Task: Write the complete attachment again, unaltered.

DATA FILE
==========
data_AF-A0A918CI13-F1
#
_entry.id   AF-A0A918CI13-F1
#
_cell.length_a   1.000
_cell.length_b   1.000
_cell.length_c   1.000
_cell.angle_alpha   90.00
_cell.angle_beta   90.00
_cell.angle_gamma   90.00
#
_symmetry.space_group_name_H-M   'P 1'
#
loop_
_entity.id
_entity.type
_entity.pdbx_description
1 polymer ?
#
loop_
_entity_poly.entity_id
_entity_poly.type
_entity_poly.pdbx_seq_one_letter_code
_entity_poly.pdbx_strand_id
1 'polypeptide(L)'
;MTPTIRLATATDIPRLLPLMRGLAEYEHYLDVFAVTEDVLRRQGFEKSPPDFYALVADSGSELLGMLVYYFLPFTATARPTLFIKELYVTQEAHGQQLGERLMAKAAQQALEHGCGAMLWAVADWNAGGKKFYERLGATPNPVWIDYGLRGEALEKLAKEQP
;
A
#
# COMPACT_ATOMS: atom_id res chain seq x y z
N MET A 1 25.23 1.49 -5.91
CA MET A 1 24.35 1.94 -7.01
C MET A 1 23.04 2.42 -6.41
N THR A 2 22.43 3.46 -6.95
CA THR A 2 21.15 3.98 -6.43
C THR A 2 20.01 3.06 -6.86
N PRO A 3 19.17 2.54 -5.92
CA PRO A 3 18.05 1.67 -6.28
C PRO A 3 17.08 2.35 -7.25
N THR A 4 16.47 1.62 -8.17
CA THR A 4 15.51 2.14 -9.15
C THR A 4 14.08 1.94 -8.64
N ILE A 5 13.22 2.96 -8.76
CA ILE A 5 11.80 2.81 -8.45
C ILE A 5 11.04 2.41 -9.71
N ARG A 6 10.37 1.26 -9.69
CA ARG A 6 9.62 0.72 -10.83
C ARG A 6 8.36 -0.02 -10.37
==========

data_AF-A0A918CI13-F1
#
_entry.id   AF-A0A918CI13-F1
#
_cell.length_a   1.000
_cell.length_b   1.000
_cell.length_c   1.000
_cell.angle_alpha   90.00
_cell.angle_beta   90.00
_cell.angle_gamma   90.00
#
_symmetry.space_group_name_H-M   'P 1'
#
loop_
_entity.id
_entity.type
_entity.pdbx_description
1 polymer ?
#
loop_
_entity_poly.entity_id
_entity_poly.type
_entity_poly.pdbx_seq_one_letter_code
_entity_poly.pdbx_strand_id
1 'polypeptide(L)'
;MTPTIRLATATDIPRLLPLMRGLAEYEHYLDVFAVTEDVLRRQGFEKSPPDFYALVADSGSELLGMLVYYFLPFTATARPTLFIKELYVTQEAHGQQLGERLMAKAAQQALEHGCGAMLWAVADWNAGGKKFYERLGATPNPVWIDYGLRGEALEKLAKEQP
;
A
#
# COMPACT_ATOMS: atom_id res chain seq x y z
N MET A 1 25.23 1.49 -5.91
CA MET A 1 24.35 1.94 -7.01
C MET A 1 23.04 2.42 -6.41
N THR A 2 22.43 3.46 -6.95
CA THR A 2 21.15 3.98 -6.43
C THR A 2 20.01 3.06 -6.86
N PRO A 3 19.17 2.54 -5.92
CA PRO A 3 18.05 1.67 -6.28
C PRO A 3 17.08 2.35 -7.25
N THR A 4 16.47 1.62 -8.17
CA THR A 4 15.51 2.14 -9.15
C THR A 4 14.08 1.94 -8.64
N ILE A 5 13.22 2.96 -8.76
CA ILE A 5 11.80 2.81 -8.45
C ILE A 5 11.04 2.41 -9.71
N ARG A 6 10.37 1.26 -9.69
CA ARG A 6 9.62 0.72 -10.83
C ARG A 6 8.36 -0.02 -10.37